Does Dropbox regret its Mailbox acquisition?'


I don’t think so.

In corporate M&A, you’re making bets just like VCs do … only the bets are different.

If you are buying something that already has true scale, i.e., >=10% of your revenues … then you are making a bet you can grow that asset faster than it has grown, or at least, maintain its growth under your aegis.

If you buying something pre-scale, e.g., Mailbox … then you are making a bet it could be a vehicle that can get to scale, and that could have a material impact on the business, and often, that can get you there faster than you’d otherwise get yourself.  Many of these bets don’t pay off.  They can’t.  They haven’t yet achieved escape velocity at the time of acquisition.

Or put more simply in the SaaS world, almost any acquisition at <$20-$40m ARR (and realistically, probably toward the higher range here) … is at risk of dying post-deal.  And almost any acquisition of $40m+ ARR is at least of decelerating if you don’t do M&A right.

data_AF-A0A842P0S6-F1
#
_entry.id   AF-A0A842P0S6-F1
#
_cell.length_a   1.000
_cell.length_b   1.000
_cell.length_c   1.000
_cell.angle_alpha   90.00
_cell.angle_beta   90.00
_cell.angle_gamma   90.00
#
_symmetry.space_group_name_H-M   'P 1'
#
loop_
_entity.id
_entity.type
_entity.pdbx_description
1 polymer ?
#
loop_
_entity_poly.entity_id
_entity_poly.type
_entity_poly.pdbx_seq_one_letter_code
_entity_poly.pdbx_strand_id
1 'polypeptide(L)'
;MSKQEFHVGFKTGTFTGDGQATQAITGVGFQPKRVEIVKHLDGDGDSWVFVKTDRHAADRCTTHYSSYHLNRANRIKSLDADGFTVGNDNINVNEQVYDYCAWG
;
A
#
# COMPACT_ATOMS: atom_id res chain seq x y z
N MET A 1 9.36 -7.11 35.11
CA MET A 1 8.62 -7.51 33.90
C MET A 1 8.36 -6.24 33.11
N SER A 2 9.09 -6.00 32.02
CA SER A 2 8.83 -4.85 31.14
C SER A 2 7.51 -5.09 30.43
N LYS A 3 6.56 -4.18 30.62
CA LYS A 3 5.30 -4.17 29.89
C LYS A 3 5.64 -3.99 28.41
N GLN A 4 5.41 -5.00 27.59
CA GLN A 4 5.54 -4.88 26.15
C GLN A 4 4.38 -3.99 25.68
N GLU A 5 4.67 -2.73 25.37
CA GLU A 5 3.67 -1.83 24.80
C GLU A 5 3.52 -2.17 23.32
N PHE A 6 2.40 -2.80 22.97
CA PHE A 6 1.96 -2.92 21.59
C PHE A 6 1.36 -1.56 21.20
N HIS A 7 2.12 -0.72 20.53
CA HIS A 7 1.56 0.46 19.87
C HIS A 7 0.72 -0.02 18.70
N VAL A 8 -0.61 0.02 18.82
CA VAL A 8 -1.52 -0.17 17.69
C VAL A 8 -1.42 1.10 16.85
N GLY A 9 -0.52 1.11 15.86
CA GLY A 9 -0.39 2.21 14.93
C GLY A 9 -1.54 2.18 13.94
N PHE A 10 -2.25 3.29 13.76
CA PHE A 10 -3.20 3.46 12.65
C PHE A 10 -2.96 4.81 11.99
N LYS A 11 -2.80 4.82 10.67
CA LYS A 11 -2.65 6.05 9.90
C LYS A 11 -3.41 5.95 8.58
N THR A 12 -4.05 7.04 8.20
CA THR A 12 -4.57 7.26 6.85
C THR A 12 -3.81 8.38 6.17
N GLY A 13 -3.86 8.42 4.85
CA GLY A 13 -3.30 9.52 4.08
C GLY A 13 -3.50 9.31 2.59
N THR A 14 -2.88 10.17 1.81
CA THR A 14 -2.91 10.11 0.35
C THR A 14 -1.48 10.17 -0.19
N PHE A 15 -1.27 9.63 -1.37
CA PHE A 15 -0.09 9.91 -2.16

As long as some do hit though (e.g., Google buying Android + YouTube, Adobe buying Omniture, Microsoft buying Powerpoint, Facebook and Instagram, etc.) … and you don’t blow your entire budget on stuff that doesn’t pan out (this may be happening now at Yahoo) … it all works out.

This is also why M&A by companies with market caps of much less than $10 billion can be so stressful.  They don’t have enough chips on hand to play the game properly … so they feel like everything has to perform, and/or, at least be super dirt cheap in case it doesn’t.  Once you have a $10b+ valuation, you can spend a few hundred million on M&A without imperiling any C-level job.

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Published on December 20, 2015
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